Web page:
The Story of Ceci’s Adorable Yearbook Photo
Who knows how or why something goes viral on the Internet? I can assure you that if businesses knew that secret recipe there would be a lot more viral videos from McDonald’s and Walmart. But there’s still quite a bit of mystery involved. I guess that’s kind of the point. It’s mostly organic, at least in the beginning, and based in some kind of collective, cultural sentiment that you can’t quite put your finger on.
Well, it happened to us recently. Not on a “Damn, Daniel” or Grumpy Cat scale. You won’t be seeing us on Ellen’s couch any time soon (fingers crossed… Ellen, why won’t you call?). But a photo we took has been blasted across websites around the world. And it happened in the most random way.
Our kids go to this awesome school. It’s a free democratic school and there are no classrooms, no curriculum, no grades and no tests. The school is run by a school meeting where staff and students, ranging in age from 4-18, have an equal voice. It’s an amazing place where free-range kids learn to be confident, trustworthy members of their community and are free to find their interests and passions. We love it.
Our daughter was on the yearbook committee this past school year. Most years the committee compiles candid shots taken throughout the year and each kid can choose which photos to arrange in their blank yearbook. But this year the committee decided to do something different. They wanted to do their own take on the traditional yearbook. The word “cheesy” came up a lot.
Our daughter asked us to volunteer our services and we were all for it. We spent three separate days at the school taking “school pictures” of any kids who wanted to be involved. It was a great chance for us to meet more of the kids beyond our son’s and daughter’s friend groups. And these are some great kids!
In the spirit of the school we told each kid that they could do whatever they wanted for the photo. A few kids dressed up. Some wanted group shots with their friends. One kid brought his WWE replica championship belt. There were dolls and stuffed animals and masks. And one girl even had her photo taken with a treasured framed family photo. How meta. What started out as an idea for cheesy, super traditional yearbook photos ended up being real representatives of who these kids are.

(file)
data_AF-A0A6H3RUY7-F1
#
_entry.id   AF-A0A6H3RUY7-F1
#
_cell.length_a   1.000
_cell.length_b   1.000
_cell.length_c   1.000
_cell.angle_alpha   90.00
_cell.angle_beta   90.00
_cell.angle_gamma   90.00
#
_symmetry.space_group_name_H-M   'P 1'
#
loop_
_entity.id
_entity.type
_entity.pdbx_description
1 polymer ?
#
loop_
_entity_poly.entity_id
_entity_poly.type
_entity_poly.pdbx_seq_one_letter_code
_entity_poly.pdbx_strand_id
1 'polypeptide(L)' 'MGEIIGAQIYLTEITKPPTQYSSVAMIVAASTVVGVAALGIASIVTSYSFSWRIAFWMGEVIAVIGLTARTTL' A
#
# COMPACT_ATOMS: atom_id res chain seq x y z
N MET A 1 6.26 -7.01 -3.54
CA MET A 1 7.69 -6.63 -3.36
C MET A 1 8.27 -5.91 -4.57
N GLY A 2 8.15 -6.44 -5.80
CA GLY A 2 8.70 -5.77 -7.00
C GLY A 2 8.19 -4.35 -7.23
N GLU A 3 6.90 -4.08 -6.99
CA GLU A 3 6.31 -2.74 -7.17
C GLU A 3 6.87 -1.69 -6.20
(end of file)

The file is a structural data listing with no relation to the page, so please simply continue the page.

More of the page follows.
Enter Ceci. She’s an adorable five year old who dressed up in a pretty red dress and came in with a group of little girls. She was a bit shy and hesitant at first. When she sat down on the stool she seemed quite nervous. Felix told her she didn’t have to smile if she didn’t want to. He suggested she could make any face, even an angry face. So she did. After that she seemed to loosen up a bit and we got several great shots.
As she jumped off the stool, she fell a little. This happened to be at the same time Felix was showing the yearbook committee the great shots we had gotten of her. They were laughing a bit at the cute faces she had made and she thought they were laughing at her falling. There were a few tears but a trusted staff member was there to console her and explain the situation and she went on her way with her friends.
When it came time to layout the yearbook for printing, the committee chose which shots to use. They wanted the yearbook to be unique and to capture the student’s personalities. When it came to Ceci they chose the angry face. It is pretty freaking adorable. The yearbooks arrived on the last day of school and summer break was upon us.
A few days later we received a curious email from an online news outlet asking us for permission to use the photo of the pouting Ceci. We told them they had our permission but would need to get her parent’s permission and put them in touch with the school. Strangely enough, Ceci had not even picked up her yearbook yet and so her parents hadn’t even seen the photo yet.
That evening the whole thing just blew up. We were receiving emails and lots of phone calls from more news outlets including CNN, local tv stations, Cosmopolitan and Mashable. The original story that was circulated was not quite accurate as it was the account of five year old Ceci herself as filtered through the online version of that old kids’ game Telephone. Cosmopolitan actually made the effort to get the story straight by contacting all of us.
It’s really crazy how this thing happened. A five year old made a funny face and it became international “news.” We’ve seen it posted on sites in languages we don’t even recognize. The Internet can be a strange and wonderful place.
On this page are a few more images of Ceci as well as some of the other kids at the school.